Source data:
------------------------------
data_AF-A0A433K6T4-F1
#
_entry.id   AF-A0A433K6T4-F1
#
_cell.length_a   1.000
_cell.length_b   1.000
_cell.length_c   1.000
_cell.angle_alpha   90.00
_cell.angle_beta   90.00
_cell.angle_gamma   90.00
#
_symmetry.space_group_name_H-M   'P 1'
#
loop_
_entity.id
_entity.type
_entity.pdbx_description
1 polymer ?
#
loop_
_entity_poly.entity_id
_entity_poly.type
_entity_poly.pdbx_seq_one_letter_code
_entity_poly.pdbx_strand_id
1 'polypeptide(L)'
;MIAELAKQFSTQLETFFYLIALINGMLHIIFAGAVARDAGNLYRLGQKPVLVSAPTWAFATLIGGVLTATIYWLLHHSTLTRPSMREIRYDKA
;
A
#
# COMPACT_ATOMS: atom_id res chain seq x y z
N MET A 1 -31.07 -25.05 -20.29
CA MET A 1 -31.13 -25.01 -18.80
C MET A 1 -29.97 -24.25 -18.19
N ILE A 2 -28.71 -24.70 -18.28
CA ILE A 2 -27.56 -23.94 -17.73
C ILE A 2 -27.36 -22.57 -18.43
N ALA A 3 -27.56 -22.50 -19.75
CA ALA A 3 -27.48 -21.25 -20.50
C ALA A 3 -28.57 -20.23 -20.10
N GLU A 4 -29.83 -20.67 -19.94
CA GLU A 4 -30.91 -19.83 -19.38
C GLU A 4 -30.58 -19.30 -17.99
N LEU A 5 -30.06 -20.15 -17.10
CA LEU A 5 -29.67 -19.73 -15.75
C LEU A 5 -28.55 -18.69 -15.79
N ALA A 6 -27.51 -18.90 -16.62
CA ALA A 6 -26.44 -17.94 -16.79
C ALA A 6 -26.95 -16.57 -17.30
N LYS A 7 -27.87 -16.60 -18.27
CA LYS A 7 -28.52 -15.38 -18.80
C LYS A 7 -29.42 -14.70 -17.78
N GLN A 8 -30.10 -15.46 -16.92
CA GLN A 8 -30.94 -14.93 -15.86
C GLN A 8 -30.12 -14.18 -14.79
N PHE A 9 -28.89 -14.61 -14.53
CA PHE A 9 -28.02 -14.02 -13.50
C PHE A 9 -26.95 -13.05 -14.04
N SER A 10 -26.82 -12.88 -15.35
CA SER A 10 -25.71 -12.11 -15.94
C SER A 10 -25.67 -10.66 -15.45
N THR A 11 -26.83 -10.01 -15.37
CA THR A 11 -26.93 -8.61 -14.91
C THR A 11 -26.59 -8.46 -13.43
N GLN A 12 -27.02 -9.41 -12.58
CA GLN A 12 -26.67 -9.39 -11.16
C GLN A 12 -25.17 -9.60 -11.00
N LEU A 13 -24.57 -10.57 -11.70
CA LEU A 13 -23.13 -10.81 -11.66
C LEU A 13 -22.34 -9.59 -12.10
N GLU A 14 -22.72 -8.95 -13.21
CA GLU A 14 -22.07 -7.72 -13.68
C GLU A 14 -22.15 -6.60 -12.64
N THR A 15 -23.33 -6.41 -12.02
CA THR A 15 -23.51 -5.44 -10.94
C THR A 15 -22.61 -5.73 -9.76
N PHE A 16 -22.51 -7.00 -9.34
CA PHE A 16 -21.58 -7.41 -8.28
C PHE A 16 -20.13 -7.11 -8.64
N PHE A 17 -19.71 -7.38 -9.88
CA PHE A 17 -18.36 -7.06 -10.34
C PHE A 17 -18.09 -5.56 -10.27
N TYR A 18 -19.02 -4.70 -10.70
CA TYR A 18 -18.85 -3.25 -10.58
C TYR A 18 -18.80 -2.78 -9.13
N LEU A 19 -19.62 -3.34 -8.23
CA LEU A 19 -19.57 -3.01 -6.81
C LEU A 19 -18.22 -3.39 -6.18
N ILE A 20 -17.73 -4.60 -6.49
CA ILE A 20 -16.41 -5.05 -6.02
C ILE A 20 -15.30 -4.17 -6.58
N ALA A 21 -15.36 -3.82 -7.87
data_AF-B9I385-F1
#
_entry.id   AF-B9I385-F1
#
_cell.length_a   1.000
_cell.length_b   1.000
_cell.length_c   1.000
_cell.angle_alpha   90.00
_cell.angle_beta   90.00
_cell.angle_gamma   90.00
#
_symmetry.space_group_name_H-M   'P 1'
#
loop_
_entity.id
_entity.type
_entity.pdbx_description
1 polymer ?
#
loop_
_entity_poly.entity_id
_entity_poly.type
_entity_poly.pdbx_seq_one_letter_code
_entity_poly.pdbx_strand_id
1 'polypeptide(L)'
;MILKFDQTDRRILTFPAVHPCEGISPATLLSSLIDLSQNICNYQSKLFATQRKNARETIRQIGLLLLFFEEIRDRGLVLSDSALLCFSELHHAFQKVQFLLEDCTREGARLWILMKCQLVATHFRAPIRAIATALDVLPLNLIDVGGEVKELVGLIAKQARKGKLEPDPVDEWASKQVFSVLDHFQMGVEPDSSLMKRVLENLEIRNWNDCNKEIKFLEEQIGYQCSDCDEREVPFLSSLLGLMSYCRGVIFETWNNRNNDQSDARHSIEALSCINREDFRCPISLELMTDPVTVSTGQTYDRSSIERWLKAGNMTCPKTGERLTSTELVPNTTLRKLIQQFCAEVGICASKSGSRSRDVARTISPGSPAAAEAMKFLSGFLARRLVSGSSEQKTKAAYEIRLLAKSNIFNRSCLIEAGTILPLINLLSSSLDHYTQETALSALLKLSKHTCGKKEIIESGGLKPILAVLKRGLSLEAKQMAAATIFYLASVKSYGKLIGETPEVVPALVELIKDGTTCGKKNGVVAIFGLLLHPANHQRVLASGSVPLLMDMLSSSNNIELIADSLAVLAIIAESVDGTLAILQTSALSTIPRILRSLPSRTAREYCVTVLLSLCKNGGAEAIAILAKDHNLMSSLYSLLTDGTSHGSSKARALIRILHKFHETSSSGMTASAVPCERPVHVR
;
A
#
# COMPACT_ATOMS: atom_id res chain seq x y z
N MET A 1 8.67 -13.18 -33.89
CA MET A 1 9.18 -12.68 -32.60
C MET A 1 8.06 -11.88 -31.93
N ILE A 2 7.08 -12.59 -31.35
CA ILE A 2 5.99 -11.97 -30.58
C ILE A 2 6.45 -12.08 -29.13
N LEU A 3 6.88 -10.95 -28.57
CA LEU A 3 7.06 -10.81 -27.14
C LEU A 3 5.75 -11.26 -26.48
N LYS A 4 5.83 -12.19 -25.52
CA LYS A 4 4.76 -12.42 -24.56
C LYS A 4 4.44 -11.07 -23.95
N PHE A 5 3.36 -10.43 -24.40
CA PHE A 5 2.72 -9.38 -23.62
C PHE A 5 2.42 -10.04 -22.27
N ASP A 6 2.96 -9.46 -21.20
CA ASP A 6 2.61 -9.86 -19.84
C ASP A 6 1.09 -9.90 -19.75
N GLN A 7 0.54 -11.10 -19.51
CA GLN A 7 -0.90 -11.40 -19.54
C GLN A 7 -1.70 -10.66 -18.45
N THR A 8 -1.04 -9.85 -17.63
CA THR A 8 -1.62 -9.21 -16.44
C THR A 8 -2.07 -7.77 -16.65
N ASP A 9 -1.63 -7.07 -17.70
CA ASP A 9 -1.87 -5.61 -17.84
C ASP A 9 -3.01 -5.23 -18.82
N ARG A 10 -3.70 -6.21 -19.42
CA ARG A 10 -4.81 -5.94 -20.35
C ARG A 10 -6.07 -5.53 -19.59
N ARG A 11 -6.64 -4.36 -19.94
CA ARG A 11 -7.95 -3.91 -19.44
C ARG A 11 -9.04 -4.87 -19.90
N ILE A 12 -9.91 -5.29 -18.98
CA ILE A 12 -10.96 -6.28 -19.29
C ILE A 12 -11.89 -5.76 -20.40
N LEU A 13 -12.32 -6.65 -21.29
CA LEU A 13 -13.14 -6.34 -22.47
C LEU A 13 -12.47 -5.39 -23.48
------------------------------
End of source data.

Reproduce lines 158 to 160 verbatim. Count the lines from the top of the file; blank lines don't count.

N LEU A 13 -12.32 -6.65 -21.29
CA LEU A 13 -13.14 -6.34 -22.47
C LEU A 13 -12.47 -5.39 -23.48